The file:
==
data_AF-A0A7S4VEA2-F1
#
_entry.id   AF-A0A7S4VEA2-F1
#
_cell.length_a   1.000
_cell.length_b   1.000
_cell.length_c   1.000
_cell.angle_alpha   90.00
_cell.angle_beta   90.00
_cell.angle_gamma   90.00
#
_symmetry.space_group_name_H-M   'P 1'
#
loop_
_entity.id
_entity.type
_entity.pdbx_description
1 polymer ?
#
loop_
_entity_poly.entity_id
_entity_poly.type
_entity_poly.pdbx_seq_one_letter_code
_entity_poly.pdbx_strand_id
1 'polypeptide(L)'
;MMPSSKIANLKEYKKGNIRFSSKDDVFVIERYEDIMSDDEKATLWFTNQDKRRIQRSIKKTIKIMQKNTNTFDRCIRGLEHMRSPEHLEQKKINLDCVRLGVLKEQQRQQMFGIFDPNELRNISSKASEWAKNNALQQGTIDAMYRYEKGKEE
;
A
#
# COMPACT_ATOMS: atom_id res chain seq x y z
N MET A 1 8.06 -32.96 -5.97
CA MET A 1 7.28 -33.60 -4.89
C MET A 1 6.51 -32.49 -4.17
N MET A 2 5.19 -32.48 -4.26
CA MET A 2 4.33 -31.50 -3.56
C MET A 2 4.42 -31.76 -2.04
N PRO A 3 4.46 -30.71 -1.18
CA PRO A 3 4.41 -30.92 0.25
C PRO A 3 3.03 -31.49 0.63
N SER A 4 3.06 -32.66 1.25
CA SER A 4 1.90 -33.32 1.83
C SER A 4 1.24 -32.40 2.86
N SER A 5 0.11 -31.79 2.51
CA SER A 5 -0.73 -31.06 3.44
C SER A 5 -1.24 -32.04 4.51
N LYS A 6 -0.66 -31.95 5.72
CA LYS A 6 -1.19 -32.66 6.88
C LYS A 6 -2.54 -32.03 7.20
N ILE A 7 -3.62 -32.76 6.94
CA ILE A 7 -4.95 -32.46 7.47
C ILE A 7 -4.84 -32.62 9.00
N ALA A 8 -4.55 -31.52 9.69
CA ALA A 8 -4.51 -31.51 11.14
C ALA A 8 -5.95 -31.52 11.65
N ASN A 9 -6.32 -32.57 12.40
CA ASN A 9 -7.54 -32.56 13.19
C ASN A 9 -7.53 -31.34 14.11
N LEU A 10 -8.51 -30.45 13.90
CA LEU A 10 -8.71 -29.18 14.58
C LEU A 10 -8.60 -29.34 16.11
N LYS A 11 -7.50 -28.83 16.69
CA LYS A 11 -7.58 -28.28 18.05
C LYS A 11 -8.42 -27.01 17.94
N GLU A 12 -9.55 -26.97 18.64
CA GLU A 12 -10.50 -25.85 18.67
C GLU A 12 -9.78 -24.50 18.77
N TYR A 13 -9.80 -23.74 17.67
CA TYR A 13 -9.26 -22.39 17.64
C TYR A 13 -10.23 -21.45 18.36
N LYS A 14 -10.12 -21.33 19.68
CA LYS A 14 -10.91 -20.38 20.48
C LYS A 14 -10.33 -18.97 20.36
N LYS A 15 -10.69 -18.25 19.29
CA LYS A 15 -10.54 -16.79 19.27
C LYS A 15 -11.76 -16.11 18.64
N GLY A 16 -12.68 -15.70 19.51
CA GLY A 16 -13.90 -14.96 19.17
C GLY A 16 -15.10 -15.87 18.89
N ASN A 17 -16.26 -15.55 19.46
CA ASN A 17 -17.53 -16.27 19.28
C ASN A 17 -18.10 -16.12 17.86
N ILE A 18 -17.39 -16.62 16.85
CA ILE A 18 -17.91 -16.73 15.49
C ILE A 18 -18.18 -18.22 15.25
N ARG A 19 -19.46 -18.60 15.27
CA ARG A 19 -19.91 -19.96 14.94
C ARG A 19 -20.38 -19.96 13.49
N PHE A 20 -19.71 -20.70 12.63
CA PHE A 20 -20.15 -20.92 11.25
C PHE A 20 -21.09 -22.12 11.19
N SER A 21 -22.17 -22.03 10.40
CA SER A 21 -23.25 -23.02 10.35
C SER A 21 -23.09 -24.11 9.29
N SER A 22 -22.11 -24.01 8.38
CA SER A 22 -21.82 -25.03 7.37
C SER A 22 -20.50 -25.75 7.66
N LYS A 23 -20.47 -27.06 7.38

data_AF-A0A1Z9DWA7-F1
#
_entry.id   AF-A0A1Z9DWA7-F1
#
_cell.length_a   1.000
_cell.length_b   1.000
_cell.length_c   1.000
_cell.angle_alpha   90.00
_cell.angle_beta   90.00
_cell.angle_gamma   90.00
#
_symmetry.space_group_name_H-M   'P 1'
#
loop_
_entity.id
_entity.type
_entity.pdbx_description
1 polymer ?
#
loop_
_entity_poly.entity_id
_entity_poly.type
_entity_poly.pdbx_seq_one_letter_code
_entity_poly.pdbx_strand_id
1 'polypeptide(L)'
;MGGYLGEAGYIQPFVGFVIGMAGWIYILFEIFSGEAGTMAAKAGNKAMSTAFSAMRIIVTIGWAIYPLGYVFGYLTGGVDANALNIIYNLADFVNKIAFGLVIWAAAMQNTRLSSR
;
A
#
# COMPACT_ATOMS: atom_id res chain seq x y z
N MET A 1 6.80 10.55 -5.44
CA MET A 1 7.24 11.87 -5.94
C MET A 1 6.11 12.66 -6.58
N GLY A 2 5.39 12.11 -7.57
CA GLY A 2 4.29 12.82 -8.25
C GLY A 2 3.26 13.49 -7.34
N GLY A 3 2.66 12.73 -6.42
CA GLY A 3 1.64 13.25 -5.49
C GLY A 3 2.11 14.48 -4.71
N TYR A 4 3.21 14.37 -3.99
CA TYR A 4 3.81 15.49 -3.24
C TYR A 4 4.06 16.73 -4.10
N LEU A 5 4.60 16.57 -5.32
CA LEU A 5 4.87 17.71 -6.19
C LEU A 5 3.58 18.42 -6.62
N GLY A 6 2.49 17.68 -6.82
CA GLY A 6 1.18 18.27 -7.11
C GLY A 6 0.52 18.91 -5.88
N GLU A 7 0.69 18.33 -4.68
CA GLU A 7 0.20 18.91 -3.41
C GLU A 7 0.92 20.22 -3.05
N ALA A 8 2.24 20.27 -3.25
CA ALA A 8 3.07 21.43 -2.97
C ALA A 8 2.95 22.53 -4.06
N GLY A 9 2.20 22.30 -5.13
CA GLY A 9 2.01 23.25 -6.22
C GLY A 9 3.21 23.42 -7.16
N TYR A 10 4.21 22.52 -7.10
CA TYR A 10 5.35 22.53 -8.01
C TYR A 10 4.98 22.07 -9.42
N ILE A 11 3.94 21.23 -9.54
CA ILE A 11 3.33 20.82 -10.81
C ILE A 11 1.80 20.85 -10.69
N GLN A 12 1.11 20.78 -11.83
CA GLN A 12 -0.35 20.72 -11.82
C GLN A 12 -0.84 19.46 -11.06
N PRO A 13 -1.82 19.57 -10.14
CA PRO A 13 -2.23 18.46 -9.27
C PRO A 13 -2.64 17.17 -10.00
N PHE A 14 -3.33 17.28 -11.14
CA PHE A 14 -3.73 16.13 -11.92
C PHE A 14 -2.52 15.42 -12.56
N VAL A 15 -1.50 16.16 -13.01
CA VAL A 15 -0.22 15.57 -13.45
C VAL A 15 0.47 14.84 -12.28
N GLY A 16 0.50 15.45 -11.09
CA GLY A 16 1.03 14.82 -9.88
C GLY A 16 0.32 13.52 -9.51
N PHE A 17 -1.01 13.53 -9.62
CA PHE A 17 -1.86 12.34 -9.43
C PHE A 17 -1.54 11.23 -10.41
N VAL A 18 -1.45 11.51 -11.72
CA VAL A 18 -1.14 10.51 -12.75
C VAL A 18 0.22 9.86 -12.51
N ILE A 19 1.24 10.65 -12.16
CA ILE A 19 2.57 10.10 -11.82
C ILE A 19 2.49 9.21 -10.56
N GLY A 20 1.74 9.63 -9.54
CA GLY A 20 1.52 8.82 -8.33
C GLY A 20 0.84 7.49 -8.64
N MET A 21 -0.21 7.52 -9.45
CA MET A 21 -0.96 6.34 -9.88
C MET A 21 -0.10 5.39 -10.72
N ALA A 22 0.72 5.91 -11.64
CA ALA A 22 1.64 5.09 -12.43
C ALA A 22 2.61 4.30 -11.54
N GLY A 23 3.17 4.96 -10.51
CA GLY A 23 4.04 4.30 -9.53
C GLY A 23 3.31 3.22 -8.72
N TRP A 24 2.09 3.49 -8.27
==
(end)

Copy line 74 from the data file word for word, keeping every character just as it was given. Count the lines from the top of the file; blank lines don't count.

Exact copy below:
CA LYS A 15 -10.54 -16.79 19.27